Advanced functional programming in TypeScript: functional exceptions

After looking into different ways of implementing Maybe in part 1 and part 2, let’s move on to another useful example of monads. In this article, we’ll introduce a new type called Result which is the functional programming’s answer to exceptions.

You can find the source code for this article here.


Exceptions are a very popular way of handling errors and unexpected situations in code. They are present in mainstream languages such as Java and C# and of course JavaScript. Interestingly, some new programming languages (such as Rust) deliberately didn’t introduce exceptions.

Are exceptions compatible with functional programming? Unfortunately, not so much. For example, pure functions shouldn’t have side effects. Throwing an exception is actually kind of side effect – it can lead to termination of the program.

Worse than that, exceptions introduce some unpredictability to the code.

function divide(x: number, y: number): number {
    if (y === 0) 
        throw new Error('Cannot divide by zero');
    return x / y;

Although the type signature tells us that divide returns a number, this is not always the case. We have to be very careful and make sure that we remember to handle the error. However, there is nothing in the type system that will make sure that we don’t forget to do that.

Better exceptions

How can we make it explicit that something can go wrong inside divide? Let’s create a new type Result<TSuccess, TFailure>.

Remember how Maybe<T> could either be Some or None? Similarly, Result<TSuccess, TFailure> can either be Success which represents the happy path or Failure which means that something went wrong and TFailure is the type of the error.

In other words, instances of our new type can either contain a valid result or an information about what went wrong. In contrast to exceptions, it is now explicit that an error can happen. What’s more, we know exactly what kinds of errors we have to deal with (TFailure tells us so).

Implementing Result

Let’s start with the following definition.

export class Result<TSuccess, TFailure> {
    private constructor(
        private value: TSuccess,
        private errorValue: TFailure
    ) {}

    static success<TSuccess, TFailure>(value: TSuccess) {
        return new Result<TSuccess, TFailure>(value, null);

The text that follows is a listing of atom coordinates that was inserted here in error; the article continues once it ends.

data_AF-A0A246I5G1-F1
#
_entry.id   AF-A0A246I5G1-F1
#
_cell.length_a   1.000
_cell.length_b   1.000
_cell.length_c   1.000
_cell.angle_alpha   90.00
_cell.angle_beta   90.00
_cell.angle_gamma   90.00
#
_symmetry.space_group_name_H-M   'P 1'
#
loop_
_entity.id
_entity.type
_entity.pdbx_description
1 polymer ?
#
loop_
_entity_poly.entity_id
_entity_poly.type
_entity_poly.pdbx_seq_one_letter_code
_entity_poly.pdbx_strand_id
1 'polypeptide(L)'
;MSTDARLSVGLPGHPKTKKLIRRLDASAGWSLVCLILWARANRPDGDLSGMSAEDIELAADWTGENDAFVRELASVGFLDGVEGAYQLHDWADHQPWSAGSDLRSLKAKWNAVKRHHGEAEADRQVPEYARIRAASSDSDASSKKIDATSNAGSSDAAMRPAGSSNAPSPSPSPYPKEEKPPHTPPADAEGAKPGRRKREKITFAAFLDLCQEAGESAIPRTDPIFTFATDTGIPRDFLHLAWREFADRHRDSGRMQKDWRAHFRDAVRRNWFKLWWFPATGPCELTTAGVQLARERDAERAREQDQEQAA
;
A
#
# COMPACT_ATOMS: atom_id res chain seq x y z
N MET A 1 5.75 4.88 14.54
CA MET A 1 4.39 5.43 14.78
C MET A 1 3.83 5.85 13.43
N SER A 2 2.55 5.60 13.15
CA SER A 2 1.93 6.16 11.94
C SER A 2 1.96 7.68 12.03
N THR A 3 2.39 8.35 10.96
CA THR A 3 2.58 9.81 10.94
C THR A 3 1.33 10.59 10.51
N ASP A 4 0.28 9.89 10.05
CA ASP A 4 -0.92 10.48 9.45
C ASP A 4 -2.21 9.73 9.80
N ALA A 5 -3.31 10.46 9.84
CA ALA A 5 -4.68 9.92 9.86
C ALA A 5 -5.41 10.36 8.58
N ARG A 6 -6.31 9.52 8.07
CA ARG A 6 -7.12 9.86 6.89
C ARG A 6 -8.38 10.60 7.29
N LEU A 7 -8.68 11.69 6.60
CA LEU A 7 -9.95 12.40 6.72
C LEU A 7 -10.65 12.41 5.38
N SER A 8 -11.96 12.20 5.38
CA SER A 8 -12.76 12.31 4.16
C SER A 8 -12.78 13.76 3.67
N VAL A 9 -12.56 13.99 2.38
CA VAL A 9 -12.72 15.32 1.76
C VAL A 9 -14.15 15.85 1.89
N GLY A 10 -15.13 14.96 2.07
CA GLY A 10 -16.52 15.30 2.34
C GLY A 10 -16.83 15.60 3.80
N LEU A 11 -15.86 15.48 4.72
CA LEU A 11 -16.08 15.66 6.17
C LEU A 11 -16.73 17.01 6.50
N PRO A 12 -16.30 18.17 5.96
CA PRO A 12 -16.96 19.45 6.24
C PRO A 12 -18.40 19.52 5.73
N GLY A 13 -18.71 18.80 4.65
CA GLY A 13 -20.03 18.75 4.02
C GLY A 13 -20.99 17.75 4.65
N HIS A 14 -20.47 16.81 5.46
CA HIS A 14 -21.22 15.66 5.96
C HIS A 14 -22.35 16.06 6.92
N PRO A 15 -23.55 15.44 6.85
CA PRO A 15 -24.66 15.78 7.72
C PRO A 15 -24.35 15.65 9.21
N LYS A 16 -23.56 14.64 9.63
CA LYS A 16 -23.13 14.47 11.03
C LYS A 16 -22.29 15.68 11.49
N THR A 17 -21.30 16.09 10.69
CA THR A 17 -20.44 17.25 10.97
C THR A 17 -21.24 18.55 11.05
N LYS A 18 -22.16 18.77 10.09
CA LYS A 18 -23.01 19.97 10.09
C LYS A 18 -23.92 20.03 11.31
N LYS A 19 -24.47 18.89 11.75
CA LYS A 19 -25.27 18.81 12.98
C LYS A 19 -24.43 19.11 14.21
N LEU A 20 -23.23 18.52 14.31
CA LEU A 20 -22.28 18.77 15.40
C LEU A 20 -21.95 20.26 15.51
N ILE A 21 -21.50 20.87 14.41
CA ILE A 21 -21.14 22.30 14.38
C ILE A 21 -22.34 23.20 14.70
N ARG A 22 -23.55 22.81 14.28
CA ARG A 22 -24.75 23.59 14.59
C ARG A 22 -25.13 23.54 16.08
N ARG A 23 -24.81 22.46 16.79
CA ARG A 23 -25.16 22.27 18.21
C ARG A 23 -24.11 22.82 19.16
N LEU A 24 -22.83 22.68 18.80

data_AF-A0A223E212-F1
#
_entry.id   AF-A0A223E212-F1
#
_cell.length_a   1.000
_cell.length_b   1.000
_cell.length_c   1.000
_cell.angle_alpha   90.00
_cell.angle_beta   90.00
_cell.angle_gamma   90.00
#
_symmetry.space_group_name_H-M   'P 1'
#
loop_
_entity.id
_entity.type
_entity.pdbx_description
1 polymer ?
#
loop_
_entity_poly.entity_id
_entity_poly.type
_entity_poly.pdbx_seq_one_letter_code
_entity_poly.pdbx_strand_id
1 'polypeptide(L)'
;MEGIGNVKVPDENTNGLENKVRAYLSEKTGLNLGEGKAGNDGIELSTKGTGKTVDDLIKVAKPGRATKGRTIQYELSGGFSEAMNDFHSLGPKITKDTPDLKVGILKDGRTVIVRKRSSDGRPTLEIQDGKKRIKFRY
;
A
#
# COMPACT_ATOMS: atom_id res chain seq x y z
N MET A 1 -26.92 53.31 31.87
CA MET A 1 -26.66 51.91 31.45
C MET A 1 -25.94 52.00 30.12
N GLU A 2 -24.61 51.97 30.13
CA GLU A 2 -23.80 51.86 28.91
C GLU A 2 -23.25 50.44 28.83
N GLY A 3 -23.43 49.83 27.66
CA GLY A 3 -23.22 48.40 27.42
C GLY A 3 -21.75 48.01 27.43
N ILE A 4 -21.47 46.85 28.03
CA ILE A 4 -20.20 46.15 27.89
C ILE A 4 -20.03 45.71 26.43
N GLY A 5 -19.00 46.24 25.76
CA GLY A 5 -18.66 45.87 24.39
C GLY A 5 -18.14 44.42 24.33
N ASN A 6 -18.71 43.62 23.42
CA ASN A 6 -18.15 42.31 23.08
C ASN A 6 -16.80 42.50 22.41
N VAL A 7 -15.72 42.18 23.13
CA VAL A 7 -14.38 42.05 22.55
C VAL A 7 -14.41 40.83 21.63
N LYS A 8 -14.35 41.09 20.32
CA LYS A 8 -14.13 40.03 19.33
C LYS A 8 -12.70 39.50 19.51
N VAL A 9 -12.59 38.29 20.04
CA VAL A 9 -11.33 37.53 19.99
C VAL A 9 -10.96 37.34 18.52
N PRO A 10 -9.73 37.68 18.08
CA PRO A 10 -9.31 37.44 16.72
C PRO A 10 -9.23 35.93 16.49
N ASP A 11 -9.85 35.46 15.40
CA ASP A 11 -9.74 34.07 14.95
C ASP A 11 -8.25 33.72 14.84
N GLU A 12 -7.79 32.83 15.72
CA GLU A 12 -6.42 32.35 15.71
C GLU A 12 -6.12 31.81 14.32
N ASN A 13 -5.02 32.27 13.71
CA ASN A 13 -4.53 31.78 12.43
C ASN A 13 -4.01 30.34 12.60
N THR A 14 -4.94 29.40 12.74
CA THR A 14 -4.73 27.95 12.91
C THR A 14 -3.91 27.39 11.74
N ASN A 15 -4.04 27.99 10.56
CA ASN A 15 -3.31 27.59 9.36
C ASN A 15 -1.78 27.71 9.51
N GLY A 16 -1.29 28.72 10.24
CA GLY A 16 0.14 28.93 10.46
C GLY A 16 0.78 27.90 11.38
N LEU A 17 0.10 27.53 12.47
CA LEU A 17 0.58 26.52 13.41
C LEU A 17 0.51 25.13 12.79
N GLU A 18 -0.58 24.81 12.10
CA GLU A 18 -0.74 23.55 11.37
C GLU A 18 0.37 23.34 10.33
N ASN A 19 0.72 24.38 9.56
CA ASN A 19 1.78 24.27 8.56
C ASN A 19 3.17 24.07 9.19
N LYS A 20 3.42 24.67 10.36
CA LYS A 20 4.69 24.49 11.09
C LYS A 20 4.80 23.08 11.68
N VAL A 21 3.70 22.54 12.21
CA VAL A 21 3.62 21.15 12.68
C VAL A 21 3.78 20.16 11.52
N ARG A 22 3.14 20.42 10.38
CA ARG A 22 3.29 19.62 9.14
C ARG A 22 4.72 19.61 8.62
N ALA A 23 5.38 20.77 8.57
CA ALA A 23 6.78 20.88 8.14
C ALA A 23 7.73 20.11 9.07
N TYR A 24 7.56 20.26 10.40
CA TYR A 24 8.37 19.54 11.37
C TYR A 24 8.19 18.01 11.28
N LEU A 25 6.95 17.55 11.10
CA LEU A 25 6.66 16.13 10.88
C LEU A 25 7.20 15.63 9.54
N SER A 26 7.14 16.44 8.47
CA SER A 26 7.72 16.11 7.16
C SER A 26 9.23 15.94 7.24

static failure<TSuccess, TFailure>(errorValue: TFailure) {
        return new Result<TSuccess, TFailure>(null, errorValue);

We’ve created a class that can only be constructed in two ways – via success or failure static methods. The class internally stores either a value representing valid result or errorValue containing information about what went wrong.

Let’s start with a simple method that extracts a value from Result. Remember that an instance of Result can either be a Success or a Failure. Therefore, when extracting the value we always have to assume that an error could have occurred. We need to provide handleError function which can deal with this error.

get(handleError: (errorValue: TFailure) => TSuccess): TSuccess {
    if (this.value === null) {
        return handleError(this.errorValue);
    } else {
        return this.value;

Similarly to Maybe, we need some operations to be able to conveniently work with Result types. Let’s start with map. In the happy scenario, it will take a function that will be applied to the value stored inside Result. However, if Result contains an error, it will simply ignore the provided function and return a failure.

map<R>(f: (wrapped: TSuccess) => R): Result<R, TFailure> {
    if (this.value === null) {
        return Result.failure<R, TFailure>(this.errorValue);
    } else {
        return Result.success<R, TFailure>(f(this.value));

However, it might be the case that the operation that we want to perform on the value stored inside Result returns a Result itself! In such case, we need flatMap.

flatMap<R>(f: (wrapped: TSuccess) => Result<R, TFailure>): Result<R, TFailure> {
    if (this.value === null) {
        return Result.failure<R, TFailure>(this.errorValue);